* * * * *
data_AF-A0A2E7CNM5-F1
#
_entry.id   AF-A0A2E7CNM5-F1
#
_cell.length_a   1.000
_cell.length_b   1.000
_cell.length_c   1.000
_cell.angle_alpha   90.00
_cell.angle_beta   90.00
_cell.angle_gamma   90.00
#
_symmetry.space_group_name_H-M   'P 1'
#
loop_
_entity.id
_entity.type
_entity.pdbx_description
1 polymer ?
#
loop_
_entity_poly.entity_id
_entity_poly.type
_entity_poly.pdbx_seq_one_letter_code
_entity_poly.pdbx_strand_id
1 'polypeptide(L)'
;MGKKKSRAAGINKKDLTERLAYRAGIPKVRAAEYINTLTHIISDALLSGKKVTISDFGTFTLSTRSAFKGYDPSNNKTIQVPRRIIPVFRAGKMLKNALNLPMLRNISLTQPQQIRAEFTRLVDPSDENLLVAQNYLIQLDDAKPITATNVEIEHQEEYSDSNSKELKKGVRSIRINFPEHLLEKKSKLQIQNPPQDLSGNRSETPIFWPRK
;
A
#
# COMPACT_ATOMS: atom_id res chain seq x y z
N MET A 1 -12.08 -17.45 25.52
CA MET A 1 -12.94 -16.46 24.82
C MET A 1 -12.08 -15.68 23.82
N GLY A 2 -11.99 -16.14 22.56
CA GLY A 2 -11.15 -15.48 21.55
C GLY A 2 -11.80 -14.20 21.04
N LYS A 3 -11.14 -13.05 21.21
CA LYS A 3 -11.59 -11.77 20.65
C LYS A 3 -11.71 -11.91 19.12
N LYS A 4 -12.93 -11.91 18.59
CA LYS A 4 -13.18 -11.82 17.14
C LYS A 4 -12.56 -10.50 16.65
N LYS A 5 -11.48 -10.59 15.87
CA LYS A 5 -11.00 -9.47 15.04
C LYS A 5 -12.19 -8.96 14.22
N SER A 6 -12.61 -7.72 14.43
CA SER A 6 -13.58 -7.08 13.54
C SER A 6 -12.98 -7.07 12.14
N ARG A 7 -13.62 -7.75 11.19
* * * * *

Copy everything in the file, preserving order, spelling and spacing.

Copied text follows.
data_AF-A0A2E7CNM5-F1
#
_entry.id   AF-A0A2E7CNM5-F1
#
_cell.length_a   1.000
_cell.length_b   1.000
_cell.length_c   1.000
_cell.angle_alpha   90.00
_cell.angle_beta   90.00
_cell.angle_gamma   90.00
#
_symmetry.space_group_name_H-M   'P 1'
#
loop_
_entity.id
_entity.type
_entity.pdbx_description
1 polymer ?
#
loop_
_entity_poly.entity_id
_entity_poly.type
_entity_poly.pdbx_seq_one_letter_code
_entity_poly.pdbx_strand_id
1 'polypeptide(L)'
;MGKKKSRAAGINKKDLTERLAYRAGIPKVRAAEYINTLTHIISDALLSGKKVTISDFGTFTLSTRSAFKGYDPSNNKTIQVPRRIIPVFRAGKMLKNALNLPMLRNISLTQPQQIRAEFTRLVDPSDENLLVAQNYLIQLDDAKPITATNVEIEHQEEYSDSNSKELKKGVRSIRINFPEHLLEKKSKLQIQNPPQDLSGNRSETPIFWPRK
;
A
#
# COMPACT_ATOMS: atom_id res chain seq x y z
N MET A 1 -12.08 -17.45 25.52
CA MET A 1 -12.94 -16.46 24.82
C MET A 1 -12.08 -15.68 23.82
N GLY A 2 -11.99 -16.14 22.56
CA GLY A 2 -11.15 -15.48 21.55
C GLY A 2 -11.80 -14.20 21.04
N LYS A 3 -11.14 -13.05 21.21
CA LYS A 3 -11.59 -11.77 20.65
C LYS A 3 -11.71 -11.91 19.12
N LYS A 4 -12.93 -11.91 18.59
CA LYS A 4 -13.18 -11.82 17.14
C LYS A 4 -12.56 -10.50 16.65
N LYS A 5 -11.48 -10.59 15.87
CA LYS A 5 -11.00 -9.47 15.04
C LYS A 5 -12.19 -8.96 14.22
N SER A 6 -12.61 -7.72 14.43
CA SER A 6 -13.58 -7.08 13.54
C SER A 6 -12.98 -7.07 12.14
N ARG A 7 -13.62 -7.75 11.19